A conservative folk singer turns his hand to politics, running for the US Senate. He is not above dirty tricks and smear campaigns to gain an advantage over his opponent.


Tim Robbins


Tim Robbins
Nominated for 1 Golden Globe. Another 4 wins & 2 nominations. See more awards »





Cast overview, first billed only:
Tim Robbins ... Bob Roberts
Giancarlo Esposito ... Bugs Raplin
Alan Rickman ... Lukas Hart III
Ray Wise ... Chet MacGregor
Brian Murray ... Terry Manchester
Gore Vidal ... Senator Brickley Paiste
Rebecca Jenkins ... Delores Perrigrew
Harry Lennix ... Franklin Dockett
John Ottavino John Ottavino ... Clark Anderson
Robert Stanton ... Bart Macklerooney
Kelly Willis Kelly Willis ... Clarissa Flan
Merrilee Dale Merrilee Dale ... Polly Roberts
Tom Atkins ... Dr. Caleb Menck
David Strathairn ... Mack Laflin
James Spader ... Chuck Marlin


Documentary-style look at the fictional Senatorial campaign of Bob Roberts, an arch-conservative folk singer turned politician. This political satire includes several original songs co-written and performed by writer/director/star Tim Robbins, and cameo appearances by other stars as reporters and news anchors. Written by Scott Renshaw <as.idc@forsythe.stanford.edu>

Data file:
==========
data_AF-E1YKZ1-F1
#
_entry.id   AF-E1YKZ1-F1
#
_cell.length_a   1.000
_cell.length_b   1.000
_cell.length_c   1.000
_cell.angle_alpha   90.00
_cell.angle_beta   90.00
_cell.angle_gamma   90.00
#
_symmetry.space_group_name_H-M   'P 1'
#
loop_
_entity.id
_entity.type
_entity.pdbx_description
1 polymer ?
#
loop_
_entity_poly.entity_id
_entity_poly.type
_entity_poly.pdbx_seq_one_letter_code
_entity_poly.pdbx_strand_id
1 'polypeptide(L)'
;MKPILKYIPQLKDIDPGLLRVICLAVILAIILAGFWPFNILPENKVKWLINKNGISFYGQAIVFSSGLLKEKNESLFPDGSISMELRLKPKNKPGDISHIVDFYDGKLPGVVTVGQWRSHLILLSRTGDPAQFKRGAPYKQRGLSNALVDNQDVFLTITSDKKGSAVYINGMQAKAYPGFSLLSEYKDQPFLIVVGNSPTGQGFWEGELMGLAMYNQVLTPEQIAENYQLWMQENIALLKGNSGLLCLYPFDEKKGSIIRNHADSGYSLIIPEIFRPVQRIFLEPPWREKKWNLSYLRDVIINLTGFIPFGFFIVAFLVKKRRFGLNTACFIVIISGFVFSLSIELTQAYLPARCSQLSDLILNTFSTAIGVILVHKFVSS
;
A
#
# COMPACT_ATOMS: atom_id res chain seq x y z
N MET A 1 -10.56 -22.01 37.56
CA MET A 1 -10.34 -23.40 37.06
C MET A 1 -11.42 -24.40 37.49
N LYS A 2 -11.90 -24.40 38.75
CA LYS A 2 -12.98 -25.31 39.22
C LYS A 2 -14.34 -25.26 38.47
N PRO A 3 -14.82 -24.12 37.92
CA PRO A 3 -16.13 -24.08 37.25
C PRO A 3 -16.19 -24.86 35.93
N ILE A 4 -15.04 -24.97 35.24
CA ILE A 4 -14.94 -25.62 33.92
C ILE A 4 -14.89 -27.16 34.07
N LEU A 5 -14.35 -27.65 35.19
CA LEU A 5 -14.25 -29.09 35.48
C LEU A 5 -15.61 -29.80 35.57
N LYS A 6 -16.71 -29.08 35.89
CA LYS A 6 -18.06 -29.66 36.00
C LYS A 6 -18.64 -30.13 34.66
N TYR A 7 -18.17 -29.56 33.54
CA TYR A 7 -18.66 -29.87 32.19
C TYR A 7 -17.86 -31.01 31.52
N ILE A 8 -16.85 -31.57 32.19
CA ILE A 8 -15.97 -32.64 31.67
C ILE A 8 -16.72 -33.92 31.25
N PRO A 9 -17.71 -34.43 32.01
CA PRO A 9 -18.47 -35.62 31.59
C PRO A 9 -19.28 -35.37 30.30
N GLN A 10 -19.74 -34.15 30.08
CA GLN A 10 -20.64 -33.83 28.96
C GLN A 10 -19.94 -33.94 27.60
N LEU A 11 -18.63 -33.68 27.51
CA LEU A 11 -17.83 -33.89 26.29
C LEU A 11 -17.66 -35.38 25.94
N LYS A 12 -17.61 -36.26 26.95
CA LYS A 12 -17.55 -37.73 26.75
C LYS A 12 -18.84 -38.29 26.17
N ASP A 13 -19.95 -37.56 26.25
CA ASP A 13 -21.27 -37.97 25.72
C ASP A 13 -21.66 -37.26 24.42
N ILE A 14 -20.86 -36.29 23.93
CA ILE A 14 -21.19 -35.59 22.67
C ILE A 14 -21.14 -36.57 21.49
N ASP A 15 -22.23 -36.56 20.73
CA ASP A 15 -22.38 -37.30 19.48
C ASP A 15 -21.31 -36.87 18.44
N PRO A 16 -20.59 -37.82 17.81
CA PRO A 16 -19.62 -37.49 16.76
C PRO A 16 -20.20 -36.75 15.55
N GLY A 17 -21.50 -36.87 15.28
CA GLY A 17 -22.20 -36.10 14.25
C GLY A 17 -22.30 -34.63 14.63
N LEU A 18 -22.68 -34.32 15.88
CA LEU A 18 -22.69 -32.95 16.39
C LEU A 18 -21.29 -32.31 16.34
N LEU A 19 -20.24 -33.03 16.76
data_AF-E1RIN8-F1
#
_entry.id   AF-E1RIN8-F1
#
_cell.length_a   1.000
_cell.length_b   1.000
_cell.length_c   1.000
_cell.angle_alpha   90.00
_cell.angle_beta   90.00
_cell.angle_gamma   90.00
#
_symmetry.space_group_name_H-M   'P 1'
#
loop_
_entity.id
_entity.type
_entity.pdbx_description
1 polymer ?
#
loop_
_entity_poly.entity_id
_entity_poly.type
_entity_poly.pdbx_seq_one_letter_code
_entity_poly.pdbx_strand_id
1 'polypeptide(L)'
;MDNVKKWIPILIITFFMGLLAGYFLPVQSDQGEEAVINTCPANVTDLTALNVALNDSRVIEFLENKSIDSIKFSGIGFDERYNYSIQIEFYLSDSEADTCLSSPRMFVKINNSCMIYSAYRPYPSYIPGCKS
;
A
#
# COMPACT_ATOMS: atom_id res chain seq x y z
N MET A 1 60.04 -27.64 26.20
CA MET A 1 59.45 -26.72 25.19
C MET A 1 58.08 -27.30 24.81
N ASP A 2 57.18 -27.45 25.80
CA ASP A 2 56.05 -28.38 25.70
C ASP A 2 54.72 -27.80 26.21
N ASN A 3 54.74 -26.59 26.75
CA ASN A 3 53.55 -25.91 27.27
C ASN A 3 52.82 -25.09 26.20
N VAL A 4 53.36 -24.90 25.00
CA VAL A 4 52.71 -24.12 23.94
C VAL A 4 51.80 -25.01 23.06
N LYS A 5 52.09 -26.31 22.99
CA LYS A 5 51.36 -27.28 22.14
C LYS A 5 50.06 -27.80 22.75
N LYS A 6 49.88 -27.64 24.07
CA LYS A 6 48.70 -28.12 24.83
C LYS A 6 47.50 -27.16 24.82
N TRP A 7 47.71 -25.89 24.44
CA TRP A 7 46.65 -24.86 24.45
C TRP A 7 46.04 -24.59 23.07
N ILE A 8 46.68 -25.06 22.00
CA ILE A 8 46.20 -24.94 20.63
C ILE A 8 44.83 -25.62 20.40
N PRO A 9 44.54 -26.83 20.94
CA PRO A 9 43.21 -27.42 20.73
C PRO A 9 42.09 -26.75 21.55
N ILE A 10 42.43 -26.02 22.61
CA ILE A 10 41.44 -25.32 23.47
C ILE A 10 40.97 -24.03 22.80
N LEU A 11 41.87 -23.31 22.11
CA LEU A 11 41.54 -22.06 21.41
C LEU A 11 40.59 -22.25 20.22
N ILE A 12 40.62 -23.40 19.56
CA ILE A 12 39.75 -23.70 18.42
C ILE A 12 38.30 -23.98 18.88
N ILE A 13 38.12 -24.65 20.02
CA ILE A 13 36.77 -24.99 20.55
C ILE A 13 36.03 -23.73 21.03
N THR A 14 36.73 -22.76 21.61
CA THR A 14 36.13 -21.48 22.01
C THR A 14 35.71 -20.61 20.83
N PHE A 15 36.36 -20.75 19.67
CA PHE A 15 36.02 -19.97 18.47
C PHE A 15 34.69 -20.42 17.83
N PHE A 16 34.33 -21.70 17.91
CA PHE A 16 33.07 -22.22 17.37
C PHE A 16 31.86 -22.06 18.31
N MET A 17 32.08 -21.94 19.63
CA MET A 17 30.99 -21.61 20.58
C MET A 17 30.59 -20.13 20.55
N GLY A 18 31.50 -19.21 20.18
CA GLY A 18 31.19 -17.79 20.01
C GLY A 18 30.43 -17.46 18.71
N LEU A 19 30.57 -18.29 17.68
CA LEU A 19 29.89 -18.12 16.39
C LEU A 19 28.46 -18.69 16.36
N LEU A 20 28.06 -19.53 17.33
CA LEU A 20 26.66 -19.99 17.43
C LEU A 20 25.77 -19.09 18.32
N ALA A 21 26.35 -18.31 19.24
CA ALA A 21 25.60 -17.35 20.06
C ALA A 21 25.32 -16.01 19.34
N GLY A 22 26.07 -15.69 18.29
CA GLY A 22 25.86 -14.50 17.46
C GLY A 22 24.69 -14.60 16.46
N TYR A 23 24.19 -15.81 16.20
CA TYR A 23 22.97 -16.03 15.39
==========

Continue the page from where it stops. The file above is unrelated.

Plot Summary | Add Synopsis


Vote first. Ask questions later. See more »


Comedy | Drama

Motion Picture Rating (MPAA)

Rated R for momentary language | See all certifications »

Parents Guide:

View content advisory »

Did You Know?


The "Cutting Edge Live" TV show segment is shot at WQED's studio in Pittsburgh, home of Mister Rogers' Neighborhood (1968). King Friday's castle can be seen in the background as the production assistant storms across the soundstage to cut the power. When Fred Rogers was awarded the Lifetime Achievement Emmy Award for Daytime Television in 1997, Tim Robbins was the presenter. See more »


In a scene where Bob gets off the bus in "Harrisburg" a police barrier clearly says "City of Philadelphia." See more »


Chuck Marlin: I could use a strong finisher myself sometimes
See more »